PaperBackSwap Blog

Interview with Carla Buckley

Carla Buckley

Carla Buckley

Carla Buckley’s debut novel The Things that Keep Us Here from Delacorte Press has received critical acclaim and a devoted readership.   She is not only a Paperbackswap member but also belongs to SwapaDVD and SwapaCD!  She was kind enough to speak with us from her home in Ohio.

PBS: First of all I wanted to say that I enjoyed your book very much.  I found it unusual in that is it set in a world crisis but we are shown only the limited perspective of one family. I thought it made the book much more personal and scary. Do you think your being a mom informed your decision to tell the story that way?

CB: Thanks for your kind feedback! Yes, being a mother absolutely drove my telling of this story. My husband and I had just moved to Ohio with our three children. We knew no one here and the news was filled with dire predictions that a lethal influenza strain had appeared overseas that scientists were watching closely to see if it would turn into a pandemic. I had read about the 1918 Pandemic years before and had been shocked to learn that twenty percent of mankind perished during that pandemic. But scientists were saying that this particular strain was worse: fifty percent of the human race could be obliterated if this virus became pandemic.

So there I was, home alone as my children went off to school and my husband to work, and I thought about what I would do if the worst came to pass and a pandemic developed. How would I keep my children safe without the support of nearby friends or family? One night I had a nightmare in which the pandemic came to pass, and I was forced to make a terrible decision. The very next day, I began writing the novel that became The Things That Keep Us Here. From the beginning, I wanted to talk about how a global crisis such as pandemic could play out in one average American family, in one average American city. The human story is as important, if not more so, than the pandemic itself.

The Things That Keep Us Here

PBS: Was this the first book you ever wrote?

CB: Far from it! I’ve been writing for fifteen years, while I stayed home to raise my children. During that time, I finished seven novels, all traditional mysteries. For four of them, I was represented by my literary agent, who stuck by me even though none of those books sold. It wasn’t until I put aside writing mysteries and wrote The Things That Keep Us Here that I finally realized my dream of being a novelist.

PBS: What do you hope the reader “takes away” from reading your book?

CB: Discussion! The Things That Keep Us Here is about an unhappily married couple, Ann and Peter, who have been forced back together by circumstance as the pandemic takes hold and the world around them start to crumble. An art teacher and mother of two girls, Ann is completely focused on taking care of their daughters, and would stop at nothing to keep them safe. Peter, a veterinary scientist, has a more global perspective and very much feels his responsibilities to his community and his neighborhood. The two of them battle throughout the novel, culminating in one pivotal scene that lays bare their souls. But who’s right, and who’s wrong? That’s what I hope the reader gets out of reading my novel. What is more important: our obligation to our family or to our community? What happens when those obligations conflict?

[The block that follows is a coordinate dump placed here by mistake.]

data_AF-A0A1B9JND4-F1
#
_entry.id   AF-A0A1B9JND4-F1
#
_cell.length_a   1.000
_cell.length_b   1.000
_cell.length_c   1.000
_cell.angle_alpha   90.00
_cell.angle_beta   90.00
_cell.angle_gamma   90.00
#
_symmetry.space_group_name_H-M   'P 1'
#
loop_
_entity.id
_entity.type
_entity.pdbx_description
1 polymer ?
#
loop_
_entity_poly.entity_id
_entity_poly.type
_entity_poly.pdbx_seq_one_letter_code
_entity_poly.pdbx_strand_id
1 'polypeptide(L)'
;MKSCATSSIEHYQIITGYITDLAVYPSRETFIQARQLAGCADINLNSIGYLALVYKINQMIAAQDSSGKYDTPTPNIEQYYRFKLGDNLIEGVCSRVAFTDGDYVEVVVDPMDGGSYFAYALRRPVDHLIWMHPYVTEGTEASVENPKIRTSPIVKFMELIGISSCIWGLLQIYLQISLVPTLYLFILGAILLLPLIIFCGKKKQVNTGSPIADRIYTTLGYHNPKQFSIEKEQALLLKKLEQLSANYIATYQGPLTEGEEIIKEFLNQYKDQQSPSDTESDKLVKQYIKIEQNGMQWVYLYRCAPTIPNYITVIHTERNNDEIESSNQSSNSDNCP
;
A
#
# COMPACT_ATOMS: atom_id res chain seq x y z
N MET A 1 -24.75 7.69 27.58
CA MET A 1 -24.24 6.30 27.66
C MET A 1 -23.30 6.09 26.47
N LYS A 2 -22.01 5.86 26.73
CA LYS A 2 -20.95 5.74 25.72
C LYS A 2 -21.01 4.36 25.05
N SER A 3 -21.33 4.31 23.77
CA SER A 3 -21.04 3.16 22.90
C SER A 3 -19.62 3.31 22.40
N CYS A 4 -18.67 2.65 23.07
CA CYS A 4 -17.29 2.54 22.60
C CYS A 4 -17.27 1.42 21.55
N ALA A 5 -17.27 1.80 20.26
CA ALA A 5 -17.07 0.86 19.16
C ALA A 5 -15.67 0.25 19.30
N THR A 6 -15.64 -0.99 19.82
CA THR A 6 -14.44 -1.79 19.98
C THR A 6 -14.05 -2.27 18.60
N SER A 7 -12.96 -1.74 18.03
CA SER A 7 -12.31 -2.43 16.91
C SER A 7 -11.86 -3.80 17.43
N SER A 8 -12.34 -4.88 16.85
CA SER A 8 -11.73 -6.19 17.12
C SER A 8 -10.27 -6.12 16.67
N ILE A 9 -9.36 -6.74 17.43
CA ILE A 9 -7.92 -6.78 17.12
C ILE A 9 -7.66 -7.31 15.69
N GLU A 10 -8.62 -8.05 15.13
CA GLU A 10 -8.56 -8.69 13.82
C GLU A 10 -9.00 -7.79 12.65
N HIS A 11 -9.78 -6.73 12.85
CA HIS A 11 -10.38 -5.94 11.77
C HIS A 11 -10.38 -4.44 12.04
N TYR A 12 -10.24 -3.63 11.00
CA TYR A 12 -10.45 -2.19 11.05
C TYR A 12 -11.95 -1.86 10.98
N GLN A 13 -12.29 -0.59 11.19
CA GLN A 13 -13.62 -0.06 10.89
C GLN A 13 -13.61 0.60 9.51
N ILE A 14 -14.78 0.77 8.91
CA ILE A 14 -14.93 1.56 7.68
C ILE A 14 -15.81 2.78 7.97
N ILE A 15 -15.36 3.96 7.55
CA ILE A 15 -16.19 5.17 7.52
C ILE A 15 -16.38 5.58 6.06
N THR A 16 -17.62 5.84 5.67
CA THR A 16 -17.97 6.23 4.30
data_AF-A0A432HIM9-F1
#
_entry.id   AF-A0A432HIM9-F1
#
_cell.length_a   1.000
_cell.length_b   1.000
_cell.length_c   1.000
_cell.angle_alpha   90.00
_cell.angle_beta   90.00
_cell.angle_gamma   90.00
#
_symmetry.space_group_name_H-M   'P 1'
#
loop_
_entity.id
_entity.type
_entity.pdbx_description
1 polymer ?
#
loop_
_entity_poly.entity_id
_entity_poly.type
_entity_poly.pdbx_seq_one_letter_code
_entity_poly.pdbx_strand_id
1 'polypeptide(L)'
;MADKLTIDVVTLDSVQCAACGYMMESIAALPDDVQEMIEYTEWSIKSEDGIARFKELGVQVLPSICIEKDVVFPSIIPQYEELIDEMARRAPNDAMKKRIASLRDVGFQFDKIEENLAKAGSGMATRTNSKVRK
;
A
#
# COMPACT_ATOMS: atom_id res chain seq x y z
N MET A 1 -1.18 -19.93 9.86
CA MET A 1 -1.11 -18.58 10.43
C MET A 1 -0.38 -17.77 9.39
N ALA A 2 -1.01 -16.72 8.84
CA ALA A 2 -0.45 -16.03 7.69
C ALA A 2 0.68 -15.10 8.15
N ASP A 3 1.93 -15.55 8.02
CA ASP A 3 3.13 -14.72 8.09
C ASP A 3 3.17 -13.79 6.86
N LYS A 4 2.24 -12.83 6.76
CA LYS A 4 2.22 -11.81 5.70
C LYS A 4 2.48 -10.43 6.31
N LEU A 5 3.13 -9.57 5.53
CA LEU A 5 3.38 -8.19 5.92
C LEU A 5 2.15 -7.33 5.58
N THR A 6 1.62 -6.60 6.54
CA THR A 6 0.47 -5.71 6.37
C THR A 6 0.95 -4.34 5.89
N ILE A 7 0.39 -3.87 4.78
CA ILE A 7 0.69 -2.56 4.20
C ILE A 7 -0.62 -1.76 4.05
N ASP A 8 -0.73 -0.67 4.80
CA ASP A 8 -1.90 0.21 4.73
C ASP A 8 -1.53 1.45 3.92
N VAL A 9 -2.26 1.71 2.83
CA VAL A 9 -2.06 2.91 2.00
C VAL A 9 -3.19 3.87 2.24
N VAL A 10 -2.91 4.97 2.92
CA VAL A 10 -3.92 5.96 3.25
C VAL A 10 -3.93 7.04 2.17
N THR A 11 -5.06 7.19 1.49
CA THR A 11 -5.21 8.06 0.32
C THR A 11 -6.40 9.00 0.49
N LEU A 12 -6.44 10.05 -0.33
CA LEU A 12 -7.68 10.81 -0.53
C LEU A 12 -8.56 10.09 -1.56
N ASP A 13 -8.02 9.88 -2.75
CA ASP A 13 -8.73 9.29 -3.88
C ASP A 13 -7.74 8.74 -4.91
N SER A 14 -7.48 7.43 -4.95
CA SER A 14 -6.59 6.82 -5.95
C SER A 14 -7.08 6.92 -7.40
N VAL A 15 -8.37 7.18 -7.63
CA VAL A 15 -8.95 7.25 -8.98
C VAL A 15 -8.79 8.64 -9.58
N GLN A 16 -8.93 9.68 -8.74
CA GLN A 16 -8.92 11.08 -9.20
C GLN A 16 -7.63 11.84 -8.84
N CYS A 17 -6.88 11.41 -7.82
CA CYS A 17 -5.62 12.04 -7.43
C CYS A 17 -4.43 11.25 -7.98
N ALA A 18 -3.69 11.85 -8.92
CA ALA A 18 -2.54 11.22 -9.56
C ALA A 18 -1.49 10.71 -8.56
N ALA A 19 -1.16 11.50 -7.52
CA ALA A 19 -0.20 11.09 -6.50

And I also want my readers to get the flu shot!

PBS: (hopefully) Do you have another book coming out?

CB: I’m finishing up my next novel, also about a family in conflict dealing with a crisis bigger than themselves. In it, a woman returns to her hometown after a long absence to find her sister on her deathbed, and others in town sick from the same disease. Although I don’t want to reveal the nature of the culprit, I will say it’s a real scientific threat about which I predict we’ll be hearing a great deal about in the upcoming months.

PBS: What’s on your nightstand now? Any great reads to recommend?

CB: I’m a huge thriller and mystery reader, and just finished CJ Box’s latest mystery set in Wyoming, Nowhere To Run. One of the reasons I’m such a fan of Box’s work is because not only is he a wonderful writer, but he also is that rare find: a male mystery writer who wants to talk about family! His protagonist is married with three daughters, and they play just as important a role in the story as the mystery that swirls around him.

I also just finished The Help by Kathryn Stockett, and thoroughly enjoyed it.

Next up is Never Look Away by Linwood Barclay, The Wife’s Tale by Lori Lansens, and a reader just recommended A Gate at the Stairs by Lorrie Moore.

PBS note: we have a lot of C. J. Box books – and  Linwood Barclay books currently available for swapping at PBS.

Comment on the interview!  One lucky commenter will get a signed copy of The Things That Keep Us Here. We’ll do a random drawing and announce the winner on Wednesday the April 21st @ Noon EST.

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52 Responses to “Interview with Carla Buckley”

  1. Angie says:

    I really like hearing from authors, so thanks for putting this on your blog!

  2. admin says:

    Congratulations to Sara W. …You’re the winner of the signed copy! Thanks again everyone!

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